K78

Health risks associated with passive houses

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4 minutes ago, gravelld said:

But that ain't evidence.

 

 

I agree completely.  

 

I treat PH certification as being something like very modern design.  It may well put off a lot of people, but it's just as likely to spark greater interest in at least some of those who aren't put off.  Whether that impacts the final price is probably very situation dependent. 

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1 hour ago, jack said:

I don't believe the word Passivhaus by itself is a trademark.  From memory they only have a trademark on the logo.  There may be a question over whether the word "Passivhaus" is confusingly similar to the logo.

 

 

Wolfgang Feist would appear to own a number of EU related marks for both "passivhaus" and "passive house".

Figurative marks with letters provide protection against the use of the words too. [insert blurb about the technicalities of trade mark law]

Of course registrations are class specific but he has registered class 37,41 and 42 which is a pretty good catch all for what they do.

 

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While my house ain't at pH standard its close enough for me. In my last pad, a 1960 council townhouse, the air quality was terrible. It was stuffy and generally in winter had damp patches due to the high amount of condensation. The change to what my new house is like now is night and day. No condensation and no stuffy air. My wife always opens the windows to let fresh air in even though I explained that is what the mhrv is doing. Now I just let her work away. People get too wrapped up in trying to make sure your house has no cold bridges and has thick insulation everywhere and airtightness tape on everything. Me I have a large wrap around window that is as big a cold bridge as you could get. Does it bother me, not a bit. It lets an unreal amount of light in and is nice to look out at. I even have two stoves, one pellet and one wbs. I love sitting in front of them on a cold day looking out the big window watching the world go by. 

 

Remember that at the end of the day you have to live in the house when it's done so have nice big windows and even let the wife open them. Enjoy the time you spend in the house instead of obsessing over the minute details that pH requires. 

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11 minutes ago, Declan52 said:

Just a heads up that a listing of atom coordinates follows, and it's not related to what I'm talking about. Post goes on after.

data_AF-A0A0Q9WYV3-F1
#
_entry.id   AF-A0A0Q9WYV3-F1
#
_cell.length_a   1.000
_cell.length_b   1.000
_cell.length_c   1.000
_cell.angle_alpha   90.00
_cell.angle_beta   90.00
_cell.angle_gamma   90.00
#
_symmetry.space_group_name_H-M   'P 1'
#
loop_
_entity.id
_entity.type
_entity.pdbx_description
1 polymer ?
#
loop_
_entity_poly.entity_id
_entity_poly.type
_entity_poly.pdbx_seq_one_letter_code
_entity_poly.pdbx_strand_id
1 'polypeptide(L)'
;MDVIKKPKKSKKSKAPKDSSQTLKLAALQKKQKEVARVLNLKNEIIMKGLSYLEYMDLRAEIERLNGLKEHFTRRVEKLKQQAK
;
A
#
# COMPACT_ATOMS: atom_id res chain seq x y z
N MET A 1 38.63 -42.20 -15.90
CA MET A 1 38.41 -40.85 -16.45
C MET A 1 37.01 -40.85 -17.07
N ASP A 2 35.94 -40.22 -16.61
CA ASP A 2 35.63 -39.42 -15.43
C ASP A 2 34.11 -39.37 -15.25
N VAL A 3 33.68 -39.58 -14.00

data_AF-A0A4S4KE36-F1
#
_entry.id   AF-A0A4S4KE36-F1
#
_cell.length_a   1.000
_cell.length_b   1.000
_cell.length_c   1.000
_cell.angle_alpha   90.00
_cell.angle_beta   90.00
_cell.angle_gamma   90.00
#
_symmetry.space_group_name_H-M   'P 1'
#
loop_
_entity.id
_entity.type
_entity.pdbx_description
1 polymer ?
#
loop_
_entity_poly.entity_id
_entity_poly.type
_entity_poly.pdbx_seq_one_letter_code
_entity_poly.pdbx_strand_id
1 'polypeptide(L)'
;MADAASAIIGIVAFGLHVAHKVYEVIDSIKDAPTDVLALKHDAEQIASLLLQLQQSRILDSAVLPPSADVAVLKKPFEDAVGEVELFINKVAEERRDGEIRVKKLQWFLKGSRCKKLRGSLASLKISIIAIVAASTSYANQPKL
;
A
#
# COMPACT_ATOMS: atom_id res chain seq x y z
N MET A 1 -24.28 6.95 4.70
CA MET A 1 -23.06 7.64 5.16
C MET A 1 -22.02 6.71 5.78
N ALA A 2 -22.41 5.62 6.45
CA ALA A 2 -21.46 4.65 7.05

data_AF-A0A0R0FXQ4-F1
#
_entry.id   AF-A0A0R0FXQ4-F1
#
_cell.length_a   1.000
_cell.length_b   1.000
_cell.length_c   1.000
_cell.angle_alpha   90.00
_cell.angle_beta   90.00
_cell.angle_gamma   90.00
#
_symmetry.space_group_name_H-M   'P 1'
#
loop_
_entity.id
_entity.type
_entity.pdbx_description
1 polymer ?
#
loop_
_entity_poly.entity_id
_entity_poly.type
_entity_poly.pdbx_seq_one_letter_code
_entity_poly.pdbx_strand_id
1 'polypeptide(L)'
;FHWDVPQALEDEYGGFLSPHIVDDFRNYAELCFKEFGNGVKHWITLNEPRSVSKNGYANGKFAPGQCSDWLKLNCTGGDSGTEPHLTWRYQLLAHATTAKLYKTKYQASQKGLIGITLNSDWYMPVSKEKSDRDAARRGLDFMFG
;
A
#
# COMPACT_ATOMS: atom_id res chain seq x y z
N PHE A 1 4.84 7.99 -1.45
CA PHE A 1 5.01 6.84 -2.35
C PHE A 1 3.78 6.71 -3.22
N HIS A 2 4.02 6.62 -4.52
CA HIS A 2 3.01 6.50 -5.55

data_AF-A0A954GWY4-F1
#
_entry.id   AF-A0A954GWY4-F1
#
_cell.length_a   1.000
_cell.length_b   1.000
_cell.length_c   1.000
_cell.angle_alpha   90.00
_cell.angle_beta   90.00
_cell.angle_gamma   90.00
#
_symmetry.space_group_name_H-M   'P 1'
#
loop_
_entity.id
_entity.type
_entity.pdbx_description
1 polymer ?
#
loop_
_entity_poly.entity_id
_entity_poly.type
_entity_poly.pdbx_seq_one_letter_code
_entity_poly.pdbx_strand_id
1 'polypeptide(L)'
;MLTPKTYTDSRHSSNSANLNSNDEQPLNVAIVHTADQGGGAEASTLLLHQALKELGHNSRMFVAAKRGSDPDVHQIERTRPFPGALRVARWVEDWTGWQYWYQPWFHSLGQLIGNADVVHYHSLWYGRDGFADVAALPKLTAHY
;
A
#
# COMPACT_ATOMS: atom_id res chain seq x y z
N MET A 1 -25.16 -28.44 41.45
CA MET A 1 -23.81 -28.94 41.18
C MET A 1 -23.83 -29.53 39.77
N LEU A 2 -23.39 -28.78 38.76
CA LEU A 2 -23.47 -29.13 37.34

Me I have a large wrap around window that is as big a cold bridge as you could get. Does it bother me, not a bit.

 

As long as you're comfortable with going to hell  :P

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@jack I'm pretty sure the reason for Jeremys property being downvalued by a surveyor, would have been because it's timberframe with timber cladding. 

 

I managed a Halifax agency for 10 years. I was constantly dealing with survey retentions and problems. 

 

Many surveyors want to pass responsibility of any risk to another party. Hence the reason 99% of surveys recommend damp and timber inspections in houses with no evidence of damp. 

 

If they come across a house without a block skin many of the "old school" surveyors just don't like them. They can be quite derogatory with their opinions in my experience.  

 

They also base their valuations on comparable evidence (recently sold local houses). So "non standard" builds cause them a headache. 

 

Their lives are easier if everyone just sticks to building cavity walled houses, hence they don't encourage anything else :) 

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51 minutes ago, Barney12 said:

With the amount of stuff I am guilty of it was never in any doubt.

 

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Looks like I spent £4k on a 4.5m wide, 2.2m high passive cat flap without even realising. Cat has chosen the living room slider as her chosen means of entry and exit.

 

Agree with Jack  - when its very cold or hot out then the windows and doors can stay closed and the house is nice and comfortable, rest of the year I don't really care.

 

Our trades noticed this during the summer - they slowly realised that if they shut the front door & windows early on on a warm day the house stayed cool, if they left them all open, it got too hot. They admitted that it was counter intuitive but obviously worked!